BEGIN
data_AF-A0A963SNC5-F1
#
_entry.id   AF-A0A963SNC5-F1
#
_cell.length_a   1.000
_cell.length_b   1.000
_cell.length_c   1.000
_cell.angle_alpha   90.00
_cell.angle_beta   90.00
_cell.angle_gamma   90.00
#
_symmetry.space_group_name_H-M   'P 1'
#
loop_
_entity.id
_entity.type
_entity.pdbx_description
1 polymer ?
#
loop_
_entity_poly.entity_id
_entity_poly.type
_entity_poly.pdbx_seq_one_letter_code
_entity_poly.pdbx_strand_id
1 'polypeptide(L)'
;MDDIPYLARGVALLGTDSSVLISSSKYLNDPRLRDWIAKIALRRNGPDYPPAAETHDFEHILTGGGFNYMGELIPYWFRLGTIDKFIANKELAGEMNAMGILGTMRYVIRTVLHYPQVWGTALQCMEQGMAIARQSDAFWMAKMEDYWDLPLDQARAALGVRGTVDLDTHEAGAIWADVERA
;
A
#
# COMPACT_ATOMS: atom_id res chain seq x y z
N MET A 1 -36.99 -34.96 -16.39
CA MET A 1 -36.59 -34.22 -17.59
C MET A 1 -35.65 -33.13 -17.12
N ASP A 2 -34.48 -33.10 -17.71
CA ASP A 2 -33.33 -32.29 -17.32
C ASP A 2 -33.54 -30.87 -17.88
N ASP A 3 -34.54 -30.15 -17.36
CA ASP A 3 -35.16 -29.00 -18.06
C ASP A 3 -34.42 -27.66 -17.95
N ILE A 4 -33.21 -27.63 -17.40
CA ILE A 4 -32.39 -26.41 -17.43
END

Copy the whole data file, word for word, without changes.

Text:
data_AF-A0A963SNC5-F1
#
_entry.id   AF-A0A963SNC5-F1
#
_cell.length_a   1.000
_cell.length_b   1.000
_cell.length_c   1.000
_cell.angle_alpha   90.00
_cell.angle_beta   90.00
_cell.angle_gamma   90.00
#
_symmetry.space_group_name_H-M   'P 1'
#
loop_
_entity.id
_entity.type
_entity.pdbx_description
1 polymer ?
#
loop_
_entity_poly.entity_id
_entity_poly.type
_entity_poly.pdbx_seq_one_letter_code
_entity_poly.pdbx_strand_id
1 'polypeptide(L)'
;MDDIPYLARGVALLGTDSSVLISSSKYLNDPRLRDWIAKIALRRNGPDYPPAAETHDFEHILTGGGFNYMGELIPYWFRLGTIDKFIANKELAGEMNAMGILGTMRYVIRTVLHYPQVWGTALQCMEQGMAIARQSDAFWMAKMEDYWDLPLDQARAALGVRGTVDLDTHEAGAIWADVERA
;
A
#
# COMPACT_ATOMS: atom_id res chain seq x y z
N MET A 1 -36.99 -34.96 -16.39
CA MET A 1 -36.59 -34.22 -17.59
C MET A 1 -35.65 -33.13 -17.12
N ASP A 2 -34.48 -33.10 -17.71
CA ASP A 2 -33.33 -32.29 -17.32
C ASP A 2 -33.54 -30.87 -17.88
N ASP A 3 -34.54 -30.15 -17.36
CA ASP A 3 -35.16 -29.00 -18.06
C ASP A 3 -34.42 -27.66 -17.95
N ILE A 4 -33.21 -27.63 -17.40
CA ILE A 4 -32.39 -26.41 -17.43